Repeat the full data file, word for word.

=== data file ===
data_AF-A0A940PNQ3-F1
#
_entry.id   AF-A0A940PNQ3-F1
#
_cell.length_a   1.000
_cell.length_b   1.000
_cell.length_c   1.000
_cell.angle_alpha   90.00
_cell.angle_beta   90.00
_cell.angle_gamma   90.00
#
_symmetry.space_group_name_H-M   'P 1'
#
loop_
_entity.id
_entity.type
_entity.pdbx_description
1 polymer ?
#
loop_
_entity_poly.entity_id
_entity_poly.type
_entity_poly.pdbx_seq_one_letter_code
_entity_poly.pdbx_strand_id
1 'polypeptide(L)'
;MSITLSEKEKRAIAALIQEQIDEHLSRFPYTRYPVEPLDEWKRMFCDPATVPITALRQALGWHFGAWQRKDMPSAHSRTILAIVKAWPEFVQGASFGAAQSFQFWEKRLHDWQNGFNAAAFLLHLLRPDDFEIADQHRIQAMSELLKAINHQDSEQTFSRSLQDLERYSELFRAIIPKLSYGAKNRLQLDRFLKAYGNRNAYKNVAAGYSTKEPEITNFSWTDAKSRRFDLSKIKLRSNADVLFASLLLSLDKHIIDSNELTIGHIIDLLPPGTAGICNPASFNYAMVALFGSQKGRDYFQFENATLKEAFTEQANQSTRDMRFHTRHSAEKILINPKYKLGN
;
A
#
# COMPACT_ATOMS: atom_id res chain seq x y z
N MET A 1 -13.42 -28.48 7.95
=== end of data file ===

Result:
data_AF-A0A940PNQ3-F1
#
_entry.id   AF-A0A940PNQ3-F1
#
_cell.length_a   1.000
_cell.length_b   1.000
_cell.length_c   1.000
_cell.angle_alpha   90.00
_cell.angle_beta   90.00
_cell.angle_gamma   90.00
#
_symmetry.space_group_name_H-M   'P 1'
#
loop_
_entity.id
_entity.type
_entity.pdbx_description
1 polymer ?
#
loop_
_entity_poly.entity_id
_entity_poly.type
_entity_poly.pdbx_seq_one_letter_code
_entity_poly.pdbx_strand_id
1 'polypeptide(L)'
;MSITLSEKEKRAIAALIQEQIDEHLSRFPYTRYPVEPLDEWKRMFCDPATVPITALRQALGWHFGAWQRKDMPSAHSRTILAIVKAWPEFVQGASFGAAQSFQFWEKRLHDWQNGFNAAAFLLHLLRPDDFEIADQHRIQAMSELLKAINHQDSEQTFSRSLQDLERYSELFRAIIPKLSYGAKNRLQLDRFLKAYGNRNAYKNVAAGYSTKEPEITNFSWTDAKSRRFDLSKIKLRSNADVLFASLLLSLDKHIIDSNELTIGHIIDLLPPGTAGICNPASFNYAMVALFGSQKGRDYFQFENATLKEAFTEQANQSTRDMRFHTRHSAEKILINPKYKLGN
;
A
#
# COMPACT_ATOMS: atom_id res chain seq x y z
N MET A 1 -13.42 -28.48 7.95